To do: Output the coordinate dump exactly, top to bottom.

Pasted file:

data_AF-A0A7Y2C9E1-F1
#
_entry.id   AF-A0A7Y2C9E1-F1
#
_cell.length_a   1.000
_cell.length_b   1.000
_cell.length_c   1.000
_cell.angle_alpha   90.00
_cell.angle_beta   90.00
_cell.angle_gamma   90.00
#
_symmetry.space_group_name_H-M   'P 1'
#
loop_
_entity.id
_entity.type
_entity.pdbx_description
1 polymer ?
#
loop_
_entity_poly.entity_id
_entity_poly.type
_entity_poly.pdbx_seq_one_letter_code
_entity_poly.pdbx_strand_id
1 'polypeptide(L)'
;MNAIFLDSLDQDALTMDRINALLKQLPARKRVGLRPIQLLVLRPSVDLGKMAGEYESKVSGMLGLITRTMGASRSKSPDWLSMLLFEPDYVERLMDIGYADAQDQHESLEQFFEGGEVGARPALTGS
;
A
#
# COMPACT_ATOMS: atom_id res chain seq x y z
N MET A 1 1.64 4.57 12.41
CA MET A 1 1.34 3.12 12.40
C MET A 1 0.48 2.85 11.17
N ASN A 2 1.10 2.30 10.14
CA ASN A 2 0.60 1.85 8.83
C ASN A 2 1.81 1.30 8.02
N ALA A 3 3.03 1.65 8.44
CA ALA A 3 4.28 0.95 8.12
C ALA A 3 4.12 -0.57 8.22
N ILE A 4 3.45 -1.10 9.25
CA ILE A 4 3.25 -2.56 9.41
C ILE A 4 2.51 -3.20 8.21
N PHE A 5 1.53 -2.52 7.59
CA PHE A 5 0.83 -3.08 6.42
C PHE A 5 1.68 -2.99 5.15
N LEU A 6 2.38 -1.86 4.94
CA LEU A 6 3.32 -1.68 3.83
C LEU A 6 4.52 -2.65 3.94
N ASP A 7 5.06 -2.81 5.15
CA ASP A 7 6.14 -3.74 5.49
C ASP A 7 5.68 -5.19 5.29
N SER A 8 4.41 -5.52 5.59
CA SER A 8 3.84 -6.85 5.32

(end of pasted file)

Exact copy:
data_AF-A0A7Y2C9E1-F1
#
_entry.id   AF-A0A7Y2C9E1-F1
#
_cell.length_a   1.000
_cell.length_b   1.000
_cell.length_c   1.000
_cell.angle_alpha   90.00
_cell.angle_beta   90.00
_cell.angle_gamma   90.00
#
_symmetry.space_group_name_H-M   'P 1'
#
loop_
_entity.id
_entity.type
_entity.pdbx_description
1 polymer ?
#
loop_
_entity_poly.entity_id
_entity_poly.type
_entity_poly.pdbx_seq_one_letter_code
_entity_poly.pdbx_strand_id
1 'polypeptide(L)'
;MNAIFLDSLDQDALTMDRINALLKQLPARKRVGLRPIQLLVLRPSVDLGKMAGEYESKVSGMLGLITRTMGASRSKSPDWLSMLLFEPDYVERLMDIGYADAQDQHESLEQFFEGGEVGARPALTGS
;
A
#
# COMPACT_ATOMS: atom_id res chain seq x y z
N MET A 1 1.64 4.57 12.41
CA MET A 1 1.34 3.12 12.40
C MET A 1 0.48 2.85 11.17
N ASN A 2 1.10 2.30 10.14
CA ASN A 2 0.60 1.85 8.83
C ASN A 2 1.81 1.30 8.02
N ALA A 3 3.03 1.65 8.44
CA ALA A 3 4.28 0.95 8.12
C ALA A 3 4.12 -0.57 8.22
N ILE A 4 3.45 -1.10 9.25
CA ILE A 4 3.25 -2.56 9.41
C ILE A 4 2.51 -3.20 8.21
N PHE A 5 1.53 -2.52 7.59
CA PHE A 5 0.83 -3.08 6.42
C PHE A 5 1.68 -2.99 5.15
N LEU A 6 2.38 -1.86 4.94
CA LEU A 6 3.32 -1.68 3.83
C LEU A 6 4.52 -2.65 3.94
N ASP A 7 5.06 -2.81 5.15
CA ASP A 7 6.14 -3.74 5.49
C ASP A 7 5.68 -5.19 5.29
N SER A 8 4.41 -5.52 5.59
CA SER A 8 3.84 -6.85 5.32